Former PGA Tour player Andy Walker is now passionately giving back to the game he loves. As Director of The United Golfers Association (or UGA) Academy and Player Development, Andy is committed to giving young black men and women the opportunity to flourish both as professional players and industry leaders.
Established almost 100 years ago in 1925, the UGA is still pushing to prepare young Black Golfers to achieve success on the many Professional Tours. The UGA Golf Academy is designed to prepare them mentally, physically and professionally to compete as Future Tour Players and Golf Professionals throughout the world.
The United Golfers Association (UGA) was a group of African American golfers who operated a separate series of professional golf tournaments for Blacks during the era of racial segregation in the United States. It was started in 1925 with the collaboration of several golfers who saw the need for a organized effort to increase golf amongst themselves. Many talented golfers such as Ted Rhodes, Bill Spiller, Pete Brown, Renee Powell, Lee Elder, Charlie Sifford, Willie Brown Jr, Althea Gibson, Jim Thorpe, Jim Dent, Ann Gregory, and Howard Wheeler started their careers as members of UGA.
Click on the image below to check out our extended conversation with Andy on our Youtube Channel!
Learn more about Andy on his bio page.
You can learn more about The United Golfers Association by visiting their website
Show Notes and Andy Quotes
"I don't know if it's been thrust upon me, but a it's a great privilege of mine to work with the young black players behind me. There's been a few of us inside the ropes so now it's time for us to lift those ropes up and help the others behind us. We're going to train these players at a bricks and mortar facility in Florida that I call The Wakanda For Golf that will be the most state-of-the-art facility in the world to learn this game at the highest level. Resources that include biomechanics and short game area to learn how to score develop emotionally, physically and mentally."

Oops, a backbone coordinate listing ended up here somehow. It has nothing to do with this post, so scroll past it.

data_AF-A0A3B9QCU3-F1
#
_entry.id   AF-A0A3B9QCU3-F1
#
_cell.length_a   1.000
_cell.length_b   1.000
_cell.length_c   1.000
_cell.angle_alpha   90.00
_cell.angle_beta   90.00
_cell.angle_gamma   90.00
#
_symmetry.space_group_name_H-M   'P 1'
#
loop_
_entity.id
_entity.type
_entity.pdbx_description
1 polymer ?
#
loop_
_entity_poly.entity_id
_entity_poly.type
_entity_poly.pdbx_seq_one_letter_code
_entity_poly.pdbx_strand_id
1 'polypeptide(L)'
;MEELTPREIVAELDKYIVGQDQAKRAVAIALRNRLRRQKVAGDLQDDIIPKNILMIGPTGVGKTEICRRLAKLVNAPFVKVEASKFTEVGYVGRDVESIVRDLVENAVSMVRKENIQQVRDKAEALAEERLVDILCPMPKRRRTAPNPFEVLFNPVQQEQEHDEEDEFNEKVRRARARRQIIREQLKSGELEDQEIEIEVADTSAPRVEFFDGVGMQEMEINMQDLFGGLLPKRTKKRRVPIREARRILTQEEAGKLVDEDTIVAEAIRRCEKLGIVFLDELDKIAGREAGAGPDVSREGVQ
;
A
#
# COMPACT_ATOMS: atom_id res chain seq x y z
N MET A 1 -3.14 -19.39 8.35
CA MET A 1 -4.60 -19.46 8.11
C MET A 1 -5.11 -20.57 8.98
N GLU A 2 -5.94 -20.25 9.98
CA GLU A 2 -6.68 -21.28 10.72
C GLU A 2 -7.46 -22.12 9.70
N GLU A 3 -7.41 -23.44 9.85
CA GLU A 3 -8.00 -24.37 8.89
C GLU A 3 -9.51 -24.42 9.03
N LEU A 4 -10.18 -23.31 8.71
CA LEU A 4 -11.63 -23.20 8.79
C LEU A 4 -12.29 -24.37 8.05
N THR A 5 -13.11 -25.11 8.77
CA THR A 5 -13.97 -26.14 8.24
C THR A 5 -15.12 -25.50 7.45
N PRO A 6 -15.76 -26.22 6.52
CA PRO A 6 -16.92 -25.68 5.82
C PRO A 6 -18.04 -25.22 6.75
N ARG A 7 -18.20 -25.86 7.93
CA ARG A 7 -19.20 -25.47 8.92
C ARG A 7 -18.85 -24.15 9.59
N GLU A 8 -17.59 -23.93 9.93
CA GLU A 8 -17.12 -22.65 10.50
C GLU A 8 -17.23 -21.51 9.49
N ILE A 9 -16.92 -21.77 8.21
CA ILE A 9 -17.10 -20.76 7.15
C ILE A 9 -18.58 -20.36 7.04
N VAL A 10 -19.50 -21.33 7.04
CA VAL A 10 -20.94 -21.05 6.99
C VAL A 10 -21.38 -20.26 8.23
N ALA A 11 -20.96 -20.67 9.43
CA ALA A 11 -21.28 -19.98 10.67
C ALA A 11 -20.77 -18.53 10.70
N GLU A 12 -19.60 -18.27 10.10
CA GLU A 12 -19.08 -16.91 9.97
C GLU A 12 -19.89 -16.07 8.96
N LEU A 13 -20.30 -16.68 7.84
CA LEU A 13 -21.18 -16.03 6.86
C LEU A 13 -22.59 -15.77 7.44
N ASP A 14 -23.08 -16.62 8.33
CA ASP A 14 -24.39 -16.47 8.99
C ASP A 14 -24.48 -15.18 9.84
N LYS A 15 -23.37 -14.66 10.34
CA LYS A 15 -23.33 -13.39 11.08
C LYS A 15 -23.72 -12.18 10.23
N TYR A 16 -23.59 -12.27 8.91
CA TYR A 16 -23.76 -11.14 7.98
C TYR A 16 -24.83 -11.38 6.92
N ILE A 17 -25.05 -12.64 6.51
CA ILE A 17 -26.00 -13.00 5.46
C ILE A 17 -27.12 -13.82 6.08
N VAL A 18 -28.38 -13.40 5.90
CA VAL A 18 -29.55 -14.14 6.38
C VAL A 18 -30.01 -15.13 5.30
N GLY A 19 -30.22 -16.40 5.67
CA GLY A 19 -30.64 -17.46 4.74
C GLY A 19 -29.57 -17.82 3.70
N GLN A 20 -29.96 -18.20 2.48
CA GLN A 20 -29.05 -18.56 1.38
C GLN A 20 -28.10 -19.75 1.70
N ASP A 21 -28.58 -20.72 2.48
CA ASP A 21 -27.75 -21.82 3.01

"As well we will introduce players of African decent to the industry because not all of them are going to play on tour. We want to flood the industry with qualified professionals that go into the management side of the game, or golf architecture, club design, agronomy. All the different opportunities with the PGA and on The PGA Tour."
"At an early age you don't know any different. You don't learn about race and colour until it's told to you. As I got a bit older, when I'm 14, 15 years old and I'm one of the best players in the country, the questions started to come. "Pop, why didn't I get picked to be on that team when I won the scoring title and more tournaments than anyone else?" This is where my dad started talking to my about race, privilege, inequities and equality. I remember playing in a qualifier tournament in Houston, I shoot 69 or 70 and I'm 14 years old and while I wait for my dad to pick me up. Some members of the club walk by a guy hands me his bag thinking I was a caddie. That was one of the first times where I faced it blatantly and I started to get pissed off. I always used that as motivation, not as a discouragement or a reason to quit. I was always like "you know what, I'm going to take these clubs and beat your ass with them!" I used it as encouragement to push forward."